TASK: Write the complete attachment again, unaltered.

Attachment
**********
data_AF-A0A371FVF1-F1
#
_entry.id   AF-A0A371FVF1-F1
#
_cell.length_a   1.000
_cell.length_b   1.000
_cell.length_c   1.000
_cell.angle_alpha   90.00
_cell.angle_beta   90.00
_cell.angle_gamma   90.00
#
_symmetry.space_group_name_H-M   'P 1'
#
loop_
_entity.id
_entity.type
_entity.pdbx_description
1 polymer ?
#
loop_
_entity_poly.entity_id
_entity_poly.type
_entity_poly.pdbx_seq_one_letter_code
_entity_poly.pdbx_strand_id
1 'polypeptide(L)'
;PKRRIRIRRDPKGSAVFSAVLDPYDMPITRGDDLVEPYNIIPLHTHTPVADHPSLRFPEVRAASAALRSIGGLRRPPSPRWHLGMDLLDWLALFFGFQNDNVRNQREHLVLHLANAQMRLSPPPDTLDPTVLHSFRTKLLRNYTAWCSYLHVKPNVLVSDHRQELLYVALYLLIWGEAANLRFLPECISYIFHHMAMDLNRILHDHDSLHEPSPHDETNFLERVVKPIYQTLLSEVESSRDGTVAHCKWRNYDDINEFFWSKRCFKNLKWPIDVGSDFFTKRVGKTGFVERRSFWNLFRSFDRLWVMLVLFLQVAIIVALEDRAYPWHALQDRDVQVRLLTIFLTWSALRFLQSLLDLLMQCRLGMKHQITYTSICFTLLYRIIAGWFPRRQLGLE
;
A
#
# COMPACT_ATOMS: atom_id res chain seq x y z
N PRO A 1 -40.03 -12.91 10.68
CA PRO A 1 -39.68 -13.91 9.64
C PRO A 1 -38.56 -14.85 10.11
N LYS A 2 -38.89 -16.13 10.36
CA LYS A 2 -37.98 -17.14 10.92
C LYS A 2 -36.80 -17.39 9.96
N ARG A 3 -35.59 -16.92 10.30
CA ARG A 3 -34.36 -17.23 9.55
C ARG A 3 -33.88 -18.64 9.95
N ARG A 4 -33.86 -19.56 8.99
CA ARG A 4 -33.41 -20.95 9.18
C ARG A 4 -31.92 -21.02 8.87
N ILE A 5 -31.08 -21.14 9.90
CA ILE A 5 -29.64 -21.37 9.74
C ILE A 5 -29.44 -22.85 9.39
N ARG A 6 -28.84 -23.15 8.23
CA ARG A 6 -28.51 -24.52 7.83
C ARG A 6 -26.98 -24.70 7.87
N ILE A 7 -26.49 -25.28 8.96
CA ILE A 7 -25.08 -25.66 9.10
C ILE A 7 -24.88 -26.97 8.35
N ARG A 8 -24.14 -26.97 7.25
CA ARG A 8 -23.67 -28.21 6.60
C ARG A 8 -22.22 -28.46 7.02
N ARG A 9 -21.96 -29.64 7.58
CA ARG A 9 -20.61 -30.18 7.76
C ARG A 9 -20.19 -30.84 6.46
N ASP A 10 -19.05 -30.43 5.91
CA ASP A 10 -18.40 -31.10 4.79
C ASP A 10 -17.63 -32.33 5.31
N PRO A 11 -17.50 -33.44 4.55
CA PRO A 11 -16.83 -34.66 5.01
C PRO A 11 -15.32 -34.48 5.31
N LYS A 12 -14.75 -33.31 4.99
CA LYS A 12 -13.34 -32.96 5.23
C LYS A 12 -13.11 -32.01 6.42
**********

data_AF-A0A371FVF1-F1
#
_entry.id   AF-A0A371FVF1-F1
#
_cell.length_a   1.000
_cell.length_b   1.000
_cell.length_c   1.000
_cell.angle_alpha   90.00
_cell.angle_beta   90.00
_cell.angle_gamma   90.00
#
_symmetry.space_group_name_H-M   'P 1'
#
loop_
_entity.id
_entity.type
_entity.pdbx_description
1 polymer ?
#
loop_
_entity_poly.entity_id
_entity_poly.type
_entity_poly.pdbx_seq_one_letter_code
_entity_poly.pdbx_strand_id
1 'polypeptide(L)'
;PKRRIRIRRDPKGSAVFSAVLDPYDMPITRGDDLVEPYNIIPLHTHTPVADHPSLRFPEVRAASAALRSIGGLRRPPSPRWHLGMDLLDWLALFFGFQNDNVRNQREHLVLHLANAQMRLSPPPDTLDPTVLHSFRTKLLRNYTAWCSYLHVKPNVLVSDHRQELLYVALYLLIWGEAANLRFLPECISYIFHHMAMDLNRILHDHDSLHEPSPHDETNFLERVVKPIYQTLLSEVESSRDGTVAHCKWRNYDDINEFFWSKRCFKNLKWPIDVGSDFFTKRVGKTGFVERRSFWNLFRSFDRLWVMLVLFLQVAIIVALEDRAYPWHALQDRDVQVRLLTIFLTWSALRFLQSLLDLLMQCRLGMKHQITYTSICFTLLYRIIAGWFPRRQLGLE
;
A
#
# COMPACT_ATOMS: atom_id res chain seq x y z
N PRO A 1 -40.03 -12.91 10.68
CA PRO A 1 -39.68 -13.91 9.64
C PRO A 1 -38.56 -14.85 10.11
N LYS A 2 -38.89 -16.13 10.36
CA LYS A 2 -37.98 -17.14 10.92
C LYS A 2 -36.80 -17.39 9.96
N ARG A 3 -35.59 -16.92 10.30
CA ARG A 3 -34.36 -17.23 9.55
C ARG A 3 -33.88 -18.64 9.95
N ARG A 4 -33.86 -19.56 8.99
CA ARG A 4 -33.41 -20.95 9.18
C ARG A 4 -31.92 -21.02 8.87
N ILE A 5 -31.08 -21.14 9.90
CA ILE A 5 -29.64 -21.37 9.74
C ILE A 5 -29.44 -22.85 9.39
N ARG A 6 -28.84 -23.15 8.23
CA ARG A 6 -28.51 -24.52 7.83
C ARG A 6 -26.98 -24.70 7.87
N ILE A 7 -26.49 -25.28 8.96
CA ILE A 7 -25.08 -25.66 9.10
C ILE A 7 -24.88 -26.97 8.35
N ARG A 8 -24.14 -26.97 7.25
CA ARG A 8 -23.67 -28.21 6.60
C ARG A 8 -22.22 -28.46 7.02
N ARG A 9 -21.96 -29.64 7.58
CA ARG A 9 -20.61 -30.18 7.76
C ARG A 9 -20.19 -30.84 6.46
N ASP A 10 -19.05 -30.43 5.91
CA ASP A 10 -18.40 -31.10 4.79
C ASP A 10 -17.63 -32.33 5.31
N PRO A 11 -17.50 -33.44 4.55
CA PRO A 11 -16.83 -34.66 5.01
C PRO A 11 -15.32 -34.48 5.31
N LYS A 12 -14.75 -33.31 4.99
CA LYS A 12 -13.34 -32.96 5.23
C LYS A 12 -13.11 -32.01 6.42